Destiny 2 Players Are Jumping Off Cliffs To Avoid Playing Trials Of Osiris

Illustration for article titled Destiny 2 Players Are Jumping Off Cliffs To Avoid Playing Trials Of Osiris
Image: Bungie

It happened to me: I was looking for groups on the Destiny 2 app to play Trials of Osiris with, joined one, and then found myself jumping off a clif for the next few minutes in a tribute to just how unfun the game’s competitive PVP loot grind can be.


Trials of Osiris was lauded in the original game for its tense shootouts and powerful rewards. Last spring, Bungie finally added the mode to Destiny 2, but its return hasn’t been flawless. Between player cheating, peeking exploits, and unbalanced weapons, Trials of Osiris can be hellish, especially for anyone with only a passing interest in competitive PVP. Tired of getting a Felwinter’s Lie shotgun to the face? You’re not alone! And so some players march off cliffs, lemming-style, to grind its loot as painlessly as possible.

While Trials of Osiris’ best gear can only be earned by winning seven matches in a row without a single loss, Trials of Osiris bounties let players grind piecemeal for lesser versions of its coveted loot. One bounty in particular guarantees you the Trials item of the week simply for completing matches, win or lose. And since giving up and losing right away is quicker than trying your hardest and eventually losing anyway, many choose the quick death over the drawn-out one.

Gif: Bungie / Kotaku

This is how I found myself part of a group performing impromptu cliff speedruns on the Mercury map Altar of Flame a week ago. Suspended in air, the map was perfectly suited to players cheesing the mode. The addition of new loot with the start of Season of the Chosen, meanwhile, provided added incentive. The guaranteed reward for the week was The Messenger, an easy to handle pulse rifle with incredible range that also had the possibility of dropping with the Desperado perk, which increases your rate of fire after killing someone with a precision hit. The result was that even when I was trying to play for real I would occasionally encounter teams offing themselves within seconds of the round starting.

The reward for this past weekend was Astral Horizon, a super high impact kinetic shotgun. While the map, Exodus Blue, is mostly landlocked, I still occasionally encountered teams racing to the one open side to jump overboard rather than gamble on a slow defeat. “kys [kill yourself] for bounty,” read one of the Fireteams I joined over the course of the weekend when I had 1% left to go on my Trials engram bounty.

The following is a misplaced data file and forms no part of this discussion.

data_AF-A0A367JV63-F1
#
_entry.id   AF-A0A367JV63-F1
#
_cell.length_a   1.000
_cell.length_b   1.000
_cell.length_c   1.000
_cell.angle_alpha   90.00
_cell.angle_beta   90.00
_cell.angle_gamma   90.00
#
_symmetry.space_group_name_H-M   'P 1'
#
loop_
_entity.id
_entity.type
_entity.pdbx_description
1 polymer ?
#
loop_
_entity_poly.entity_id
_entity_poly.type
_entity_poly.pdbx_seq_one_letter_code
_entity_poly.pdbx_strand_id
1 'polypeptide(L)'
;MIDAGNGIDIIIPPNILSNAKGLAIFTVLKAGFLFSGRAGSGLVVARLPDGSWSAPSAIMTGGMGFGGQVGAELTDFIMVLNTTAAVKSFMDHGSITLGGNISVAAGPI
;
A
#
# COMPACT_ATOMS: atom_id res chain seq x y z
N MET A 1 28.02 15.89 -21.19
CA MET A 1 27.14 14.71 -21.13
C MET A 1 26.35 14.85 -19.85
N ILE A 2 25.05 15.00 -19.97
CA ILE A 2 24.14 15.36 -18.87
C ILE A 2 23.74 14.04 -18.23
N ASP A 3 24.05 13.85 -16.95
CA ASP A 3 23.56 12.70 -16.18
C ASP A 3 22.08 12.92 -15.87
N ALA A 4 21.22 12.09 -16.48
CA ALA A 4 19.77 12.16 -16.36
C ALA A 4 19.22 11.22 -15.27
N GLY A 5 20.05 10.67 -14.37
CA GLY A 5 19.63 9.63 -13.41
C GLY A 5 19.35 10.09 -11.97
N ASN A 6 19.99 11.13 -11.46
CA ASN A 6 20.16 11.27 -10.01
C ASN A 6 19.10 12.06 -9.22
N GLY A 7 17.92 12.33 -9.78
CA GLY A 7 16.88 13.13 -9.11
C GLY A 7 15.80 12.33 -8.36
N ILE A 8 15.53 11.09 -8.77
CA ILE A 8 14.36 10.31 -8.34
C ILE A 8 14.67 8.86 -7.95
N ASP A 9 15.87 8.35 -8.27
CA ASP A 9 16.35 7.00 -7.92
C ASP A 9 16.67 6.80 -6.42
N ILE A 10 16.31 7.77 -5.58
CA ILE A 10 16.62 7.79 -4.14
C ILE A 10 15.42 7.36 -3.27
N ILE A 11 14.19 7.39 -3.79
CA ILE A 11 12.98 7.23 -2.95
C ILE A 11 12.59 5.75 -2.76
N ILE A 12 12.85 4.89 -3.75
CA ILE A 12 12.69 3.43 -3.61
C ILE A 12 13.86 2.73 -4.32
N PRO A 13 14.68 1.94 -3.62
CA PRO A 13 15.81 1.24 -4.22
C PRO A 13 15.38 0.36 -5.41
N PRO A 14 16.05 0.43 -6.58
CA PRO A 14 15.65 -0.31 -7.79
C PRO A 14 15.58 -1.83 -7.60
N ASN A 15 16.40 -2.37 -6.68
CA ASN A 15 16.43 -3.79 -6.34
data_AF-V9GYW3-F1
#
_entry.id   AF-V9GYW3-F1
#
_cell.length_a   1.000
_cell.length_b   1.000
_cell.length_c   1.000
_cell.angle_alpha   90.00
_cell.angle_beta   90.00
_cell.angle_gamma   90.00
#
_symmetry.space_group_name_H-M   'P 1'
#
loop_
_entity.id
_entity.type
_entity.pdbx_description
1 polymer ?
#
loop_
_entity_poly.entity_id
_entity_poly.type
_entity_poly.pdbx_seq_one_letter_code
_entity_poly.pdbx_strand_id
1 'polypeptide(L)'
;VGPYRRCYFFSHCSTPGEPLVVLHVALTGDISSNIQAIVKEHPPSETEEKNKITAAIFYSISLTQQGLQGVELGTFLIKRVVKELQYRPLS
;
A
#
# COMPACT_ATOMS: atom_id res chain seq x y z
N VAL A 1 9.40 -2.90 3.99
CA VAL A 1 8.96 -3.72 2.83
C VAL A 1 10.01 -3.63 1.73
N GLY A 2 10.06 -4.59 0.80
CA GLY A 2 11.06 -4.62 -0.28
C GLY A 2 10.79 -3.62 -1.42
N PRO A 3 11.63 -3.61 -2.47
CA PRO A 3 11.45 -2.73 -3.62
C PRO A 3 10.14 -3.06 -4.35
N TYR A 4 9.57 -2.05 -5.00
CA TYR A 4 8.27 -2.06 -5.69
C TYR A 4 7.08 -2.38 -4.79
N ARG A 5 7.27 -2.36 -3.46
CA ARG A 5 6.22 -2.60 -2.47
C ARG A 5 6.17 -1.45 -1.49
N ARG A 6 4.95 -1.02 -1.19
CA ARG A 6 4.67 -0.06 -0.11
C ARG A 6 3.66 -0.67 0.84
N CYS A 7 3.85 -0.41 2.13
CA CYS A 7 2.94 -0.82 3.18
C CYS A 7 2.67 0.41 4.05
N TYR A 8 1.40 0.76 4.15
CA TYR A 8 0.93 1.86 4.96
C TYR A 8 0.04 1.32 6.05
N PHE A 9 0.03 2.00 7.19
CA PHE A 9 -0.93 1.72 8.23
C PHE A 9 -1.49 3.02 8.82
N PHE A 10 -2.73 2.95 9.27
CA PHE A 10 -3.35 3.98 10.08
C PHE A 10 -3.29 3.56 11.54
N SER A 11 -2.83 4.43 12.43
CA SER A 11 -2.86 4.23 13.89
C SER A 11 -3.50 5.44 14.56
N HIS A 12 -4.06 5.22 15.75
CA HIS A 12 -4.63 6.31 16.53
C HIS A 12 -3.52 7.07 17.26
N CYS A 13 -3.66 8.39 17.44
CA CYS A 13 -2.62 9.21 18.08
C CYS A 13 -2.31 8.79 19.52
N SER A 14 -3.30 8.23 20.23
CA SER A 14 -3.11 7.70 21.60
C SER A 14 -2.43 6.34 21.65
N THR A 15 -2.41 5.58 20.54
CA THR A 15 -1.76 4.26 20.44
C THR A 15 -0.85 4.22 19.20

Of all the Trials matches in all the towns in all the world, they have to walk into mine.
Image: Bungie / Kotaku

As Shacknews and countless posts on the Destiny subreddit have pointed out, this all shows just how warped the mode, and players’ relationship to it, has become. There are a number of reasons for this, but chief among them seems to be a skill gap. Players routinely complain about getting one win in a sea of losses only to end up matched against a squad of pros who have already gone flawless (seven wins without a loss) and have the Adept versions of Trials gear to prove it. “We have no matchmaking, so effectively no casuals will ever play it,” wrote one player in a post that blew up on Reddit over the weekend. “Speaking of matchmaking, why am I playing against people with gilded flawless titles at my second win?”

Then there’s the problem with how the rest of Trials of Osiris’ economy is currently structured. By the end of the original Destiny, players could farm Trials gear simply by playing matches because they earned tokens after each one, win or lose. These tokens could eventually be traded in for the gear that other players obtained more quickly by simply winning several matches in a row. It was a nice workaround for Trials of Osiris enthusiasts with mediocre or negative KDAs. In the current iteration, however, you only get tokens for winning, and even then they are given out very sparingly.


Trials of Osiris is what Bungie calls an aspirational activity, meaning it’s supposed to be something players have to work towards. I have no problem slogging through Trials, getting my ass kicked for months, only to eek out a humble five-win streak late in the season. But at the moment it doesn’t feel like a mountain I can slowly climb, and certainly not one I’d want to. Like everything else in the game, it feels like more of a crap shoot, and with so many good things to do in the game currently it’s not a surprise so many players would prefer to spend as little time in Trials as possible.

Correction - 4:58 p.m. ET, 2/23/21: Felwinter’s Lie was added back to Destiny 2 just this season via the legacy kiosk in the Tower. The good news is that means everyone can get it again. The bad news is it sunsets at the end of the season.

Kotaku staff writer. You can reach him at


Admiral Asskicker

Note to devs: “Forced” PVP in what is seemingly a PVE game is never a good idea. Saying “Ohh its optional” (as long as you dont mind missing out on events, loot, and new gear) doesnt cut it.

Then, if you still insist on putting PVP in, you probably should completely disconnect the PVP from the PVE balance, and do it completely separately.